CLAREMONT, Calif. (AP) _ A West Point swimming champion who is studying Chinese and plans a career in military intelligence was one of 32 Americans named Rhodes Scholars, the Rhodes Scholarship Trust announced Sunday.

The winners of the prestigious scholarship, who receive two years of study at Oxford University in England, were chosen in nationwide meetings Wednesday, Friday and Saturday. The trust is based at Pomona College in Claremont.

Yale and Princeton each had four scholars, Harvard had three, and Georgetown, Kansas State University and the U.S. Military Academy at West Point, N.Y., each had two.

This year's list contains 18 men and 14 women. Women have been eligible for the scholarship since 1976, and so far 154 have won it.

Martina Vandenberg, a 21-year-old International Relations major at Pomona College, said she was the last candidate interviewed Saturday and thought it was ''a lost cause'' when she was not among four students called back for further interviews. An hour later she learned she had won the scholarship.

In Grand Forks, N.D., Mary Ellen Preston said she was ''absolutely thrilled'' her son, Mark Sommerville, 22, had won a scholarship. ''It's a marvelous opportunity,'' she said. Sommerville is studying electrical engineering and fine arts in a dual-degree program at the University of Texas at Austin.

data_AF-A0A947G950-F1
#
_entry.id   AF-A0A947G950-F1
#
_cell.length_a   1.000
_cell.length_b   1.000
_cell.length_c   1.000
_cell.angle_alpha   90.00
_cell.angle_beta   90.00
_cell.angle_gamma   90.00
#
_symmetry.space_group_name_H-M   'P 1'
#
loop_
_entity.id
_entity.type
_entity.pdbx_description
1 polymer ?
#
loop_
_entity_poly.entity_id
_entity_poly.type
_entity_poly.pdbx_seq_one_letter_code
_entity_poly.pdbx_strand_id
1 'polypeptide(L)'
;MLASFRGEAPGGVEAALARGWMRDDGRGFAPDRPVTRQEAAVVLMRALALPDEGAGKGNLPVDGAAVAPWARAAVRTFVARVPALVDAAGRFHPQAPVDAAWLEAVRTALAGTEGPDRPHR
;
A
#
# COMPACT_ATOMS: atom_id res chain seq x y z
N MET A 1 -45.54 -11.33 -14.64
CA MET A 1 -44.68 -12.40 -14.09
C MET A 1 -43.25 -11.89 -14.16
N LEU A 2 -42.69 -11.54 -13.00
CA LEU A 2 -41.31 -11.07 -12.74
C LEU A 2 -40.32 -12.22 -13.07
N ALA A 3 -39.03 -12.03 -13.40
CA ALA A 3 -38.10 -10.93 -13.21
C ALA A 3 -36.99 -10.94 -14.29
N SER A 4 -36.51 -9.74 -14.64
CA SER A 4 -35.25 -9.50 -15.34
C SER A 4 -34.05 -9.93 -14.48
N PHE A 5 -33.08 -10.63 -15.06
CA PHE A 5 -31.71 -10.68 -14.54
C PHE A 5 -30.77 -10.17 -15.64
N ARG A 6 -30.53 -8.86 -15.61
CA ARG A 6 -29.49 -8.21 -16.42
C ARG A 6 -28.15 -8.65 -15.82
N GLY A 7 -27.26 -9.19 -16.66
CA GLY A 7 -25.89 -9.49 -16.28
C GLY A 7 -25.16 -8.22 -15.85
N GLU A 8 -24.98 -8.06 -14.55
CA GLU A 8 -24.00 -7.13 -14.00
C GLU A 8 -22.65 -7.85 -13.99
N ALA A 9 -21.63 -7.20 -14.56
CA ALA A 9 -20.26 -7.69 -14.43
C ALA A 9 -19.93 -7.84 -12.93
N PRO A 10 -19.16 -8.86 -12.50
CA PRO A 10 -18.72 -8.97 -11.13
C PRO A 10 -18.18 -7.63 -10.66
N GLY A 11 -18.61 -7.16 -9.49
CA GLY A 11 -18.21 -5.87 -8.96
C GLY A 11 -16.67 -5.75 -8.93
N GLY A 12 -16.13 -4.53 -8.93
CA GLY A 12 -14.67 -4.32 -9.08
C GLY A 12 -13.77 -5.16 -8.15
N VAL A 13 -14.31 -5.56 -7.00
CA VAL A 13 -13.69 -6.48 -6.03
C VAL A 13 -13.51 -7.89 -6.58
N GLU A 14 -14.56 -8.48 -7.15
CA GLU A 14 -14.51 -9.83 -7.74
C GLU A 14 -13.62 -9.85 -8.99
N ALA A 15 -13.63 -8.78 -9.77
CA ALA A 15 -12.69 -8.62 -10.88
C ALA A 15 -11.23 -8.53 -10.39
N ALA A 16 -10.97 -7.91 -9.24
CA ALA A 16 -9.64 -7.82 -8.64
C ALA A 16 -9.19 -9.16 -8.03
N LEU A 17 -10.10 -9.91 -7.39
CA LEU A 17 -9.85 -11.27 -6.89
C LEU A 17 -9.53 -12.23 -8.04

The list of scholars has references to 25 states. But the candidate- provided address often is a residence for the academic year and does not necessarily reflect the home state of the Rhodes scholar.

Among the qualities sought in Rhodes scholars are proven intellectual and academic excellence, integrity, respect for others, and the ability to lead and to use talents fully.

One of the two West Point recipients, Jennie Koch, who gives a Potomac, Md., address, will be cadet captain on the brigade commander's staff next semester. She ranks fifth in her class as an international relations major, and is considering a career in public service with an emphasis on foreign policy.

Also from West Point is Carolyn A. Ford of Pensacola, Fla., who was appointed to the academy through the enlisted ranks. A foreign language specialist in Chinese, she also is a brigade swimming champion and graduate of the Airborne School, and is a battalion commander. She plans a career in military intelligence.

Former Rhodes scholars include Sen. Bill Bradley, D-N.J., entertainer Kris Kristofferson, former Los Angeles Rams quarterback Pat Haden and U.S. Supreme Court Justice Byron White.

Athletic prowess is one of the measures sought as proof of talent, although participation in varsity sports is not essential.

Yale University's Tanya Pollard hikes and backpacks, while S. Kim Grose of Stanford is skipper of the Stanford University varsity sailing team, which took first place in the 1989 Women's Fall Championships.

Scholarship winners have college and university fees paid and receive a stipend to cover living expenses.

The Rhodes scholarships were established in 1902 by the estate of Cecil Rhodes, a British philanthropist and colonialist. Rhodes had hoped the scholarships would contribute to world understanding and peace.

There were 102 finalists from eight regional districts this year, said David Alexander, American secretary of the Rhodes Scholarship Trust and president of Pomona College.

The scholarships have gone to 2,564 American students since the program started. Scholars also are chosen from 17 other countries.

Recipients must be between the ages of 18 and 24 and be unmarried.